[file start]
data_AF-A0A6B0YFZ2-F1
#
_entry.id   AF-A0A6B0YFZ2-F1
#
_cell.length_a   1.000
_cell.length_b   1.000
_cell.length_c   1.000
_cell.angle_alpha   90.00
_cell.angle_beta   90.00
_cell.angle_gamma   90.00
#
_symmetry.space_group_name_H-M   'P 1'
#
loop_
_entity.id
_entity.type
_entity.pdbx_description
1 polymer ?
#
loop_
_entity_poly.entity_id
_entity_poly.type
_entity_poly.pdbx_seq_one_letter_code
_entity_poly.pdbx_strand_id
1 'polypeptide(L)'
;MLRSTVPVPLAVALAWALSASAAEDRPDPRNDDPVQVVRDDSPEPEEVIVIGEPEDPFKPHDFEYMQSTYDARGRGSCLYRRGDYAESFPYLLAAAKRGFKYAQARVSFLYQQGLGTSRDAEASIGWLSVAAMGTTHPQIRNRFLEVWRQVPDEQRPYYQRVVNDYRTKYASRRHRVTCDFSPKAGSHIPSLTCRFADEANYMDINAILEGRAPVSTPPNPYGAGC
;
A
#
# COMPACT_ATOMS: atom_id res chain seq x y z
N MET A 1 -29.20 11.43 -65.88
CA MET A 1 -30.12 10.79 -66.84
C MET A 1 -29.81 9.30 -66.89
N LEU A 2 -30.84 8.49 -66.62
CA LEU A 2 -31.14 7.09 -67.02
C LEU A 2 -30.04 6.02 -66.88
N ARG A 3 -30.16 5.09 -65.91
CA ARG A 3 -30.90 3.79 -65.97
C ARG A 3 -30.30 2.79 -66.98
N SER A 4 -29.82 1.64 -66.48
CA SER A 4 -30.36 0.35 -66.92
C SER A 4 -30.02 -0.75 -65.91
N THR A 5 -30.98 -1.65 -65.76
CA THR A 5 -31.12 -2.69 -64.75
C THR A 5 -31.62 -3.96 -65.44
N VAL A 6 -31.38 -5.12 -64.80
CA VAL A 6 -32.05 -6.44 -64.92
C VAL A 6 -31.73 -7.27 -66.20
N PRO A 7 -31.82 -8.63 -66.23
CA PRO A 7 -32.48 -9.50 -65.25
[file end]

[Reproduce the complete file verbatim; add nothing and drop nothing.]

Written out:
data_AF-A0A6B0YFZ2-F1
#
_entry.id   AF-A0A6B0YFZ2-F1
#
_cell.length_a   1.000
_cell.length_b   1.000
_cell.length_c   1.000
_cell.angle_alpha   90.00
_cell.angle_beta   90.00
_cell.angle_gamma   90.00
#
_symmetry.space_group_name_H-M   'P 1'
#
loop_
_entity.id
_entity.type
_entity.pdbx_description
1 polymer ?
#
loop_
_entity_poly.entity_id
_entity_poly.type
_entity_poly.pdbx_seq_one_letter_code
_entity_poly.pdbx_strand_id
1 'polypeptide(L)'
;MLRSTVPVPLAVALAWALSASAAEDRPDPRNDDPVQVVRDDSPEPEEVIVIGEPEDPFKPHDFEYMQSTYDARGRGSCLYRRGDYAESFPYLLAAAKRGFKYAQARVSFLYQQGLGTSRDAEASIGWLSVAAMGTTHPQIRNRFLEVWRQVPDEQRPYYQRVVNDYRTKYASRRHRVTCDFSPKAGSHIPSLTCRFADEANYMDINAILEGRAPVSTPPNPYGAGC
;
A
#
# COMPACT_ATOMS: atom_id res chain seq x y z
N MET A 1 -29.20 11.43 -65.88
CA MET A 1 -30.12 10.79 -66.84
C MET A 1 -29.81 9.30 -66.89
N LEU A 2 -30.84 8.49 -66.62
CA LEU A 2 -31.14 7.09 -67.02
C LEU A 2 -30.04 6.02 -66.88
N ARG A 3 -30.16 5.09 -65.91
CA ARG A 3 -30.90 3.79 -65.97
C ARG A 3 -30.30 2.79 -66.98
N SER A 4 -29.82 1.64 -66.48
CA SER A 4 -30.36 0.35 -66.92
C SER A 4 -30.02 -0.75 -65.91
N THR A 5 -30.98 -1.65 -65.76
CA THR A 5 -31.12 -2.69 -64.75
C THR A 5 -31.62 -3.96 -65.44
N VAL A 6 -31.38 -5.12 -64.80
CA VAL A 6 -32.05 -6.44 -64.92
C VAL A 6 -31.73 -7.27 -66.20
N PRO A 7 -31.82 -8.63 -66.23
CA PRO A 7 -32.48 -9.50 -65.25